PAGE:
And recently you’ve been enjoying creating artwork through painting, rather than digital work, is that right?

Yes, the more artistic approach, such as painting on canvases, is something I’ve only been doing for about a year. The developments in the illustration industry, with more technology and the introduction of AI, presented me with a choice: either dive deep into the AI topic or return to the roots. I chose the latter.

If you weren’t an artist, what would you be instead?

Tough question. Maybe a photographer or videographer, but they are also artists. I can’t really imagine anything outside the creative industry, but if I had to name something, perhaps a psychologist or the owner of a small vegan café with a courtyard.

What has been your career highlight so far?

It’s paradoxical because I’m currently living the absolute cliché of a starving artist, under constant stress, and with many worries about the future. But although I’ve had the privilege of working on cool projects for many big companies in recent years, my career highlight is right now. Returning to analog painting is my absolute highlight. I’ve never felt so strongly that I’m on the right path.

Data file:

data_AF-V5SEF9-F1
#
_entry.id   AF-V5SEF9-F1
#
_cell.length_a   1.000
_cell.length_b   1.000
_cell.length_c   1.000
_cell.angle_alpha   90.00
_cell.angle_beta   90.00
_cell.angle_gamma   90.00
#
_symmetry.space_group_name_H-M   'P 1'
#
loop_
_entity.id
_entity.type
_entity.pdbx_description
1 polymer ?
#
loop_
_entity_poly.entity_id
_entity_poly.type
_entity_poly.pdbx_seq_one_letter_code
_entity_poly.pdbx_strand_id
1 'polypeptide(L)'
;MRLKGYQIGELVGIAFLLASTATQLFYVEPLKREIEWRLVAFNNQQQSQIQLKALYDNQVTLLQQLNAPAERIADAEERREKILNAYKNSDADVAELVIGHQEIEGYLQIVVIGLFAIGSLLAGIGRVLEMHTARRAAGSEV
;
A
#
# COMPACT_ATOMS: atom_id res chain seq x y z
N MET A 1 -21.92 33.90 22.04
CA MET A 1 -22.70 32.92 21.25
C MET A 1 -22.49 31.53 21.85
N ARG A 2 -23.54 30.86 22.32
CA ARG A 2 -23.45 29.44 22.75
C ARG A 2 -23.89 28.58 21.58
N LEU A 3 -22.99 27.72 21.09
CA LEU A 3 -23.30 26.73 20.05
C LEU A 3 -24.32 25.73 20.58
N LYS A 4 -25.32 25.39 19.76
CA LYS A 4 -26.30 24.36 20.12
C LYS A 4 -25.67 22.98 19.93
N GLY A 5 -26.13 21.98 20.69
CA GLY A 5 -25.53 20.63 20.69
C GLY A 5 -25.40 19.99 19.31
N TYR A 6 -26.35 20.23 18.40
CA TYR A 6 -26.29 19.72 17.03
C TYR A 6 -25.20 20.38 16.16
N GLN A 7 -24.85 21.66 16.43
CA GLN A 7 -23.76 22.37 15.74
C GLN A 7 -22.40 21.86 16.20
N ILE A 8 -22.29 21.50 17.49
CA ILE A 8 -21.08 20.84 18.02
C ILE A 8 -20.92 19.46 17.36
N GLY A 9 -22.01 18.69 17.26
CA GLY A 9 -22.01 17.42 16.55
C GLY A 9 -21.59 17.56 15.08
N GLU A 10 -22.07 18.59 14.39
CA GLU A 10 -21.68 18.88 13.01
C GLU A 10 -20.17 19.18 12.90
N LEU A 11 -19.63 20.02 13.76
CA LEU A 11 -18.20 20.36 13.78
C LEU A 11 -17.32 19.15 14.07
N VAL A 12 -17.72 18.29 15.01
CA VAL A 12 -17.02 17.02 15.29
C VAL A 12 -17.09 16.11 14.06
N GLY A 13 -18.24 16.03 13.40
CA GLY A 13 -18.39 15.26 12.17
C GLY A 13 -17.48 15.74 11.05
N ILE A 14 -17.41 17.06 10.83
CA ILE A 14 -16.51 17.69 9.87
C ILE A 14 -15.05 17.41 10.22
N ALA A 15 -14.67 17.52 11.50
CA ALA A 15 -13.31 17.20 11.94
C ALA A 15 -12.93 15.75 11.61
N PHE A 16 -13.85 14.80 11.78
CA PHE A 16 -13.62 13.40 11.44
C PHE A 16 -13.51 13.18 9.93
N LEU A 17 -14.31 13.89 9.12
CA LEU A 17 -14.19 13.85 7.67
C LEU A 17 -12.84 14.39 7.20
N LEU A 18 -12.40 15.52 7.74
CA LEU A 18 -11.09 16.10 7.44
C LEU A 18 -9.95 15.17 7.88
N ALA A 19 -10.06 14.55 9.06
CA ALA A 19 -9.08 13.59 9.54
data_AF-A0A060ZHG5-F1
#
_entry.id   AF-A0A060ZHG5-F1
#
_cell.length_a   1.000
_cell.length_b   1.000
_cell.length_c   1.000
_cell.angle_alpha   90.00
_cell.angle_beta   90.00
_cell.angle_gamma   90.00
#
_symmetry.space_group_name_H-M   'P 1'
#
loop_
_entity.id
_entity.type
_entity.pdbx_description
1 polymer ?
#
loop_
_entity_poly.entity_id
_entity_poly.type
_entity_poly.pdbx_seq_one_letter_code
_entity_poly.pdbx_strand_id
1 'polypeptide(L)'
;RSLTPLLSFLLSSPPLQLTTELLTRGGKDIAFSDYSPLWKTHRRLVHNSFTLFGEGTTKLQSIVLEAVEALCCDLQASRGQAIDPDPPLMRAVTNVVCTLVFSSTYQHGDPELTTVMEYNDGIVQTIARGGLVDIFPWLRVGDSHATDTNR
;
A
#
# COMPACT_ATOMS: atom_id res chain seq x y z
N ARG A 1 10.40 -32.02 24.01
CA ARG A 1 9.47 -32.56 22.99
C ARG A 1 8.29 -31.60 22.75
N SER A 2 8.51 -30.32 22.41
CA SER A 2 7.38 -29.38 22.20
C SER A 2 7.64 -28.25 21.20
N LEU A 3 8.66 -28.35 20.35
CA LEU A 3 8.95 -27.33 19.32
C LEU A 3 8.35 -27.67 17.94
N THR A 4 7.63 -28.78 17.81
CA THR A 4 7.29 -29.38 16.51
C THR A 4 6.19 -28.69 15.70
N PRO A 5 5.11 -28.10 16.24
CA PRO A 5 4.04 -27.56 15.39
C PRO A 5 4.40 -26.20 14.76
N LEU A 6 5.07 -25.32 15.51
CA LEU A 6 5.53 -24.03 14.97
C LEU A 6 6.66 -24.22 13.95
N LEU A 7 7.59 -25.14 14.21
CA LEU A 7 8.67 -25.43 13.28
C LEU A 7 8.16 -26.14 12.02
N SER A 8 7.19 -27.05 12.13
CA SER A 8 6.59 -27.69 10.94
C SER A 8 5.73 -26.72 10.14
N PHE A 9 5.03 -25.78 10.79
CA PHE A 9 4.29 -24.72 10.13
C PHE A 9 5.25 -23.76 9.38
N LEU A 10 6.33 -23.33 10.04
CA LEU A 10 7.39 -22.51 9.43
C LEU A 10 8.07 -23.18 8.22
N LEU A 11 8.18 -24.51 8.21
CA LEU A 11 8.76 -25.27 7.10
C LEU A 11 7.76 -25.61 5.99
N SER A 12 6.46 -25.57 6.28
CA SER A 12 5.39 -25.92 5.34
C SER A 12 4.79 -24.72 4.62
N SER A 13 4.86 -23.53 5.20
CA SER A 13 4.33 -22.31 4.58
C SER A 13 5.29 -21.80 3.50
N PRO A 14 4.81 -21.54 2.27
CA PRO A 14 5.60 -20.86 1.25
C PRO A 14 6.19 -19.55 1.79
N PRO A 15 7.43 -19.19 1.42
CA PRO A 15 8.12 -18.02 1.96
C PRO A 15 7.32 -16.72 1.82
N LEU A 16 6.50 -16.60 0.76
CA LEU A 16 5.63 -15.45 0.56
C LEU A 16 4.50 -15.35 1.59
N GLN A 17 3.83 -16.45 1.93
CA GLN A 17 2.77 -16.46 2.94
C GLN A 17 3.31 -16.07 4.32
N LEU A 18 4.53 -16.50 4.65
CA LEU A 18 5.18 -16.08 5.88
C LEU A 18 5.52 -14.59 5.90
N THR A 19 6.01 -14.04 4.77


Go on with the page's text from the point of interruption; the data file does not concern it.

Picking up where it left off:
The messages behind most of my paintings, the fact that they help me process everyday life, and that they inspire and touch other people give my current paintings so much more meaning than an illustration for a company. I paint for myself and for people, not for consumers, and that brings me a lot of joy.

“I've been playing baseball for over 20 years, and the field is one of the places, aside from the sea, where I can really unwind.”